e-Book Widgets for Experimenting with Materials Processes, Functionality, and Fundamental Concepts
John Kieffer


The principal objective of this project is to create the next-generation study resources for Materials Science and Engineering (MSE) students and professionals. MSE is a very diverse and rapidly evolving field of study, and requires its practitioners to be educated in a broad spectrum of knowledge and skills. For the last two years, I have been working to develop a framework for the rapid preparation, testing, and implementation of effective instructional content. This framework consists of e-books authoring software, a JavaScript (JS) programming environment, and a web server. The products we generate are a series of tablet-based interactive knowledge exploration modules and accompanying web content. The key innovation of these e-books is that they have apps embedded, designed to simulate processes and phenomena that are at the heart of materials behaviors, properties, and processing techniques. These apps are essentially virtual experiments that allow the reader to interactively explore materials behaviors at the atomistic level and fundamental concepts that form the basis for materials theory. Learning takes place by swiping a finger on a tablet to manipulate parameters settings via slider positions or by dragging a curve to change its shape, and then observe the effect that these actions have on the depicted phenomenon or materials response. The interactivity with the learning resource provides a fully immersive and unconventional learning experience. With this request we seek funds to support for student programmers to help develop these apps.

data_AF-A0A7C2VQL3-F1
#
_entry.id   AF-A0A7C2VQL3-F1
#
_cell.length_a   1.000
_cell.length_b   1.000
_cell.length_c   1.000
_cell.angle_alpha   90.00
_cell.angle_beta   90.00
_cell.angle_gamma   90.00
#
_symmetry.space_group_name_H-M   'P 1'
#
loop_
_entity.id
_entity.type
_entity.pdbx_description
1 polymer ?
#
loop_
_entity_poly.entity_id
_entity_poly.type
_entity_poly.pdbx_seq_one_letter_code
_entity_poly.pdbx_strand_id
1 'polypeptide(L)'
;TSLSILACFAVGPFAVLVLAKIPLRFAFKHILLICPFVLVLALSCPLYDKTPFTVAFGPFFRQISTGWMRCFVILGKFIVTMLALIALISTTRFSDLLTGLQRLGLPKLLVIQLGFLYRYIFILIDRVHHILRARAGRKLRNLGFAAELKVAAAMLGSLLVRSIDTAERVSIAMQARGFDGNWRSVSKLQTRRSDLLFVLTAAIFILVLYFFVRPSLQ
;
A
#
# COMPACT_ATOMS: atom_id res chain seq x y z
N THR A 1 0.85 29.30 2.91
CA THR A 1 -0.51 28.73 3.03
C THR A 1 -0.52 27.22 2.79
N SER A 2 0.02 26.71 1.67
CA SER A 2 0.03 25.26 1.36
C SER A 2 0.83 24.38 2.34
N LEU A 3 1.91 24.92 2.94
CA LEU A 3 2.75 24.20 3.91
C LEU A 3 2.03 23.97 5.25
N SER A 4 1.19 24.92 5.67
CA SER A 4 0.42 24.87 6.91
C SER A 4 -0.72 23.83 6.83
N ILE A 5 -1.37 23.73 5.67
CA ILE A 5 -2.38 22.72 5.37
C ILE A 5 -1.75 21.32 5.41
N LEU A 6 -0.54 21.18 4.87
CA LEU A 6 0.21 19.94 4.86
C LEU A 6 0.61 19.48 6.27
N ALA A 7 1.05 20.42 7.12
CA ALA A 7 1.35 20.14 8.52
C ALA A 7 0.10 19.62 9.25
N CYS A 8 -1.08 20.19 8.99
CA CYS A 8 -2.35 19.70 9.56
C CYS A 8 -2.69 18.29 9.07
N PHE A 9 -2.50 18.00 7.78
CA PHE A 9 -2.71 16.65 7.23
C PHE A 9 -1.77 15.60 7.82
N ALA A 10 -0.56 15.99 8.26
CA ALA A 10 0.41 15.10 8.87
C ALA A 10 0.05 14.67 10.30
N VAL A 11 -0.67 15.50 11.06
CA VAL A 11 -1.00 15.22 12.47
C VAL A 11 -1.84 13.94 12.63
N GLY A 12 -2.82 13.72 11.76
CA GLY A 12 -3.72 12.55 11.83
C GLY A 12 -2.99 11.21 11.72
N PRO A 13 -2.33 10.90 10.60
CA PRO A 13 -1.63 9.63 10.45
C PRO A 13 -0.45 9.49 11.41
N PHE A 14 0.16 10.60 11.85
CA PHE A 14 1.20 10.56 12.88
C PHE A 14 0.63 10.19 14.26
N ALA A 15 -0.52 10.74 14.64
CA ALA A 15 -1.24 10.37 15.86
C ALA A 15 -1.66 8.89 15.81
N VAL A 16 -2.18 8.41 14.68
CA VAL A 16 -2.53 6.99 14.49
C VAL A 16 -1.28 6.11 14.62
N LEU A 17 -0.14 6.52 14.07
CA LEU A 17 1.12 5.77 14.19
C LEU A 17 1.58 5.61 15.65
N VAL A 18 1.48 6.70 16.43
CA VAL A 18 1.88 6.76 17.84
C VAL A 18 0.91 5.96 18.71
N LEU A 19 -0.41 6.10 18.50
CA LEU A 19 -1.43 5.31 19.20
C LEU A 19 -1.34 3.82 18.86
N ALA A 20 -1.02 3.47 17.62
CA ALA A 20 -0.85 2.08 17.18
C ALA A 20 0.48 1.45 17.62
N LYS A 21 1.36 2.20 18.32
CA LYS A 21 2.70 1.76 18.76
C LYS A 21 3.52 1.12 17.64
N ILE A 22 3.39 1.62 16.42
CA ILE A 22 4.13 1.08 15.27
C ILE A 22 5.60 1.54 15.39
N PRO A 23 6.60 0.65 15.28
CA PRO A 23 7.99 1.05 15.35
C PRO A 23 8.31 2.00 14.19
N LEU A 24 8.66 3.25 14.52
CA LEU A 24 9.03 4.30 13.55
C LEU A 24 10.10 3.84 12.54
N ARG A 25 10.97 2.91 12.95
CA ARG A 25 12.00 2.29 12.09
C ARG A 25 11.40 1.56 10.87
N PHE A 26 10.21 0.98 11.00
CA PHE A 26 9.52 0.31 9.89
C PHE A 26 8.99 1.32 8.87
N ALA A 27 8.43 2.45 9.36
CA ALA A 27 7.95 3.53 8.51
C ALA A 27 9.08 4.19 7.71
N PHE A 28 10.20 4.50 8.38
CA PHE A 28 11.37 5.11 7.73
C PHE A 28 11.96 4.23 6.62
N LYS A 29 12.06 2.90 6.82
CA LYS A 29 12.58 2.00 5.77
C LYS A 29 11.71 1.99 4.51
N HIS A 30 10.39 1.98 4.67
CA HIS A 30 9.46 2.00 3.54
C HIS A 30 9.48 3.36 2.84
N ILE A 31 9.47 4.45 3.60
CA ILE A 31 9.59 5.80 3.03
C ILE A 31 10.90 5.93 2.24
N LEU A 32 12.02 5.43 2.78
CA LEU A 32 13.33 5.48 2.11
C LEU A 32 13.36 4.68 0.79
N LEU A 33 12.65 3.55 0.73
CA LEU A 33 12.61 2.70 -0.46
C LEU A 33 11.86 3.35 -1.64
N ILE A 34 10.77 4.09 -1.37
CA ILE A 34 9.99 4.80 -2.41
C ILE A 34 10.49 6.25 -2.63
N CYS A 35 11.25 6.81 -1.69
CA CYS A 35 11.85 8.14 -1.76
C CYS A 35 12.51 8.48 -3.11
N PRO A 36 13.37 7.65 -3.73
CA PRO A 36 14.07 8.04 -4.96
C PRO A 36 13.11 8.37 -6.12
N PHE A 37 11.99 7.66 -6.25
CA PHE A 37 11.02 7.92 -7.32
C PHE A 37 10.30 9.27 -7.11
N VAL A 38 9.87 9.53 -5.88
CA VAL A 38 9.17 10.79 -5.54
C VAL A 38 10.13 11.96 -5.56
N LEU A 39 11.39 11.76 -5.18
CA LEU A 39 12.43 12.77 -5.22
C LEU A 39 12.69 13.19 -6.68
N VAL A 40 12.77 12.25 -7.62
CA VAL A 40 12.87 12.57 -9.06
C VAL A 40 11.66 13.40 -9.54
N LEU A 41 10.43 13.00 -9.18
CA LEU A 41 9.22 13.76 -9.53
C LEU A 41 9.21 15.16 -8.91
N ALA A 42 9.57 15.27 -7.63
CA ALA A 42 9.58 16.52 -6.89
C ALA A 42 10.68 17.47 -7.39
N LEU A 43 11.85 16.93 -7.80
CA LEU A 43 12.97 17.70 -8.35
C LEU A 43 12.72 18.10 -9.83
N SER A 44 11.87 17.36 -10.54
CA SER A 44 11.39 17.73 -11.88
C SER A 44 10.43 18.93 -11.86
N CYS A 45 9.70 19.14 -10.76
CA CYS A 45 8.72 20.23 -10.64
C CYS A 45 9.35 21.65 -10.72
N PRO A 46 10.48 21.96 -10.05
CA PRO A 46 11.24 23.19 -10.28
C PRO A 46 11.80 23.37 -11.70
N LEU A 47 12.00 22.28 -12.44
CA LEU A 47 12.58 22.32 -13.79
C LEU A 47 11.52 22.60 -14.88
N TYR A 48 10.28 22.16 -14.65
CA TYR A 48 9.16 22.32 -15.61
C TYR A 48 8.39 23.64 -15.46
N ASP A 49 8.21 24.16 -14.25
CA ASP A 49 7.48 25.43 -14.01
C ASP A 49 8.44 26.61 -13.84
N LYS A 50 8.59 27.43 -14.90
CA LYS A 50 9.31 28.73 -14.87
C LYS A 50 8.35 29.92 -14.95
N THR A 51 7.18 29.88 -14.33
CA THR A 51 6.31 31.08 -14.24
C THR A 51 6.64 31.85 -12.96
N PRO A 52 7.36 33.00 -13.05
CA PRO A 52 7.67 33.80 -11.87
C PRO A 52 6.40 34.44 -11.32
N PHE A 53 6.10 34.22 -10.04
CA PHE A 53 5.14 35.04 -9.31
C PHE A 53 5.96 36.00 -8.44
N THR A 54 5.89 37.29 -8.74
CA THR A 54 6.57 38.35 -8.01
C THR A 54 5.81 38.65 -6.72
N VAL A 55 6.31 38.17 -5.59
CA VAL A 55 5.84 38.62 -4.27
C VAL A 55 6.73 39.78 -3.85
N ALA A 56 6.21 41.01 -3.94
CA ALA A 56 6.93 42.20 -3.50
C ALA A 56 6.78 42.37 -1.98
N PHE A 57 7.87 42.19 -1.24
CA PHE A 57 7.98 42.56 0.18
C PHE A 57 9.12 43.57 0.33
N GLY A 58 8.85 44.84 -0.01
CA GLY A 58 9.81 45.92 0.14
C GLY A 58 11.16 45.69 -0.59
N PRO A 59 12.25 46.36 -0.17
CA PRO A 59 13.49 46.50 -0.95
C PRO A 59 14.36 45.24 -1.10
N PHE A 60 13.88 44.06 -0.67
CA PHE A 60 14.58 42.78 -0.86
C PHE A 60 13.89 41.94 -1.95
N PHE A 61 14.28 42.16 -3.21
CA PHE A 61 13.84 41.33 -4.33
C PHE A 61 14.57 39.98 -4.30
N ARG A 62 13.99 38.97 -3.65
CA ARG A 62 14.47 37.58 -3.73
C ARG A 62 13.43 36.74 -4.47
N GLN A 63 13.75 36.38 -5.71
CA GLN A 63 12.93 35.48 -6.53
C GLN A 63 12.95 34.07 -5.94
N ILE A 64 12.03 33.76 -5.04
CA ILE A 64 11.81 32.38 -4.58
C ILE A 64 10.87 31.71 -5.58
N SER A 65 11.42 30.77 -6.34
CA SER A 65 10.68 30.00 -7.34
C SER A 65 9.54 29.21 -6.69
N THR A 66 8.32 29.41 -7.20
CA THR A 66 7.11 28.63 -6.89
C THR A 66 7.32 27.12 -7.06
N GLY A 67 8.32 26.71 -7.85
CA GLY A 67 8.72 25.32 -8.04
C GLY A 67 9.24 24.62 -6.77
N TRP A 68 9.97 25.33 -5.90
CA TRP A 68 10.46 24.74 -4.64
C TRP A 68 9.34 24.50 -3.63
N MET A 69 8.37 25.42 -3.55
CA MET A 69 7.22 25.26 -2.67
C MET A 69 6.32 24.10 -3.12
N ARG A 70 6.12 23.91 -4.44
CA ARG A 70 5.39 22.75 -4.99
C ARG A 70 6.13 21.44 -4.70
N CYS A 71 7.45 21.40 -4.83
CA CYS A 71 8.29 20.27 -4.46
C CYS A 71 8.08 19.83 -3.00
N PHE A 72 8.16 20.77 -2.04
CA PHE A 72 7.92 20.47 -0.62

Integration of a Virtual Reality Curriculum for Medical Students, Pediatric Residents, and Pediatric Cardiology Fellows for Cardiac Anatomy and Congenital Heart Defects
Sonal Owens
Medical School
James Cooke
Medical School